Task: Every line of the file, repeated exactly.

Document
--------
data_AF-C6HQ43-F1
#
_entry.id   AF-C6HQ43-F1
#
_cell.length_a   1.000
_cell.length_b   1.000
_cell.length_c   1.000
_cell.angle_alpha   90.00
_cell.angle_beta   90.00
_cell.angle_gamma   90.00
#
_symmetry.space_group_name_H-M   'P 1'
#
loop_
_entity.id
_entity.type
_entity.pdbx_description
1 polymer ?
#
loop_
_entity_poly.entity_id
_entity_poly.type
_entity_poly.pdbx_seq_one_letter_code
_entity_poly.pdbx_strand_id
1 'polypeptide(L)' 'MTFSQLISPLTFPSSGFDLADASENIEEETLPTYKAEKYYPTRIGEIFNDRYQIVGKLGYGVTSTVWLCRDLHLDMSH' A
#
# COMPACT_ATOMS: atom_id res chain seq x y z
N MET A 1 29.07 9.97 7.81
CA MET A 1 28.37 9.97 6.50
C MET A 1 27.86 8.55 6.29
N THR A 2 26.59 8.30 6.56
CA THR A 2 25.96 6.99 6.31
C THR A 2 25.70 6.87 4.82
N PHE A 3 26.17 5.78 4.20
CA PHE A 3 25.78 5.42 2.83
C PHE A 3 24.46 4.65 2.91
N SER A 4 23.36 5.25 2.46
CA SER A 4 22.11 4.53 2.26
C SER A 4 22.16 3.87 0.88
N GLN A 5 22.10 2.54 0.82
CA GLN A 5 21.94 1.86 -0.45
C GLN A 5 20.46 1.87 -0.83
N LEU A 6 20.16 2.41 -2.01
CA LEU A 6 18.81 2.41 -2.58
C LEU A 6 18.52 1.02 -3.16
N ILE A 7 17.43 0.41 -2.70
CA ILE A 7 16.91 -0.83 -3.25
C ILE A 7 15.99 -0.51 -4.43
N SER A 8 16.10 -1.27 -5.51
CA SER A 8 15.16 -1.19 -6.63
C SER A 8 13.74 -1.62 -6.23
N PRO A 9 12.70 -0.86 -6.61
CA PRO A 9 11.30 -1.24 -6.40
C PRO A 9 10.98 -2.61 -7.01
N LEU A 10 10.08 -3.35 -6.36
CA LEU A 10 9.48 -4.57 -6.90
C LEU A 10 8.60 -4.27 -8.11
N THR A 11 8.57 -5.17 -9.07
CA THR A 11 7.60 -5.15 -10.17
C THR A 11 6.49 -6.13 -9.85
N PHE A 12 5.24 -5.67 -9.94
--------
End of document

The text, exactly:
data_AF-C6HQ43-F1
#
_entry.id   AF-C6HQ43-F1
#
_cell.length_a   1.000
_cell.length_b   1.000
_cell.length_c   1.000
_cell.angle_alpha   90.00
_cell.angle_beta   90.00
_cell.angle_gamma   90.00
#
_symmetry.space_group_name_H-M   'P 1'
#
loop_
_entity.id
_entity.type
_entity.pdbx_description
1 polymer ?
#
loop_
_entity_poly.entity_id
_entity_poly.type
_entity_poly.pdbx_seq_one_letter_code
_entity_poly.pdbx_strand_id
1 'polypeptide(L)' 'MTFSQLISPLTFPSSGFDLADASENIEEETLPTYKAEKYYPTRIGEIFNDRYQIVGKLGYGVTSTVWLCRDLHLDMSH' A
#
# COMPACT_ATOMS: atom_id res chain seq x y z
N MET A 1 29.07 9.97 7.81
CA MET A 1 28.37 9.97 6.50
C MET A 1 27.86 8.55 6.29
N THR A 2 26.59 8.30 6.56
CA THR A 2 25.96 6.99 6.31
C THR A 2 25.70 6.87 4.82
N PHE A 3 26.17 5.78 4.20
CA PHE A 3 25.78 5.42 2.83
C PHE A 3 24.46 4.65 2.91
N SER A 4 23.36 5.25 2.46
CA SER A 4 22.11 4.53 2.26
C SER A 4 22.16 3.87 0.88
N GLN A 5 22.10 2.54 0.82
CA GLN A 5 21.94 1.86 -0.45
C GLN A 5 20.46 1.87 -0.83
N LEU A 6 20.16 2.41 -2.01
CA LEU A 6 18.81 2.41 -2.58
C LEU A 6 18.52 1.02 -3.16
N ILE A 7 17.43 0.41 -2.70
CA ILE A 7 16.91 -0.83 -3.25
C ILE A 7 15.99 -0.51 -4.43
N SER A 8 16.10 -1.27 -5.51
CA SER A 8 15.16 -1.19 -6.63
C SER A 8 13.74 -1.62 -6.23
N PRO A 9 12.70 -0.86 -6.61
CA PRO A 9 11.30 -1.24 -6.40
C PRO A 9 10.98 -2.61 -7.01
N LEU A 10 10.08 -3.35 -6.36
CA LEU A 10 9.48 -4.57 -6.90
C LEU A 10 8.60 -4.27 -8.11
N THR A 11 8.57 -5.17 -9.07
CA THR A 11 7.60 -5.15 -10.17
C THR A 11 6.49 -6.13 -9.85
N PHE A 12 5.24 -5.67 -9.94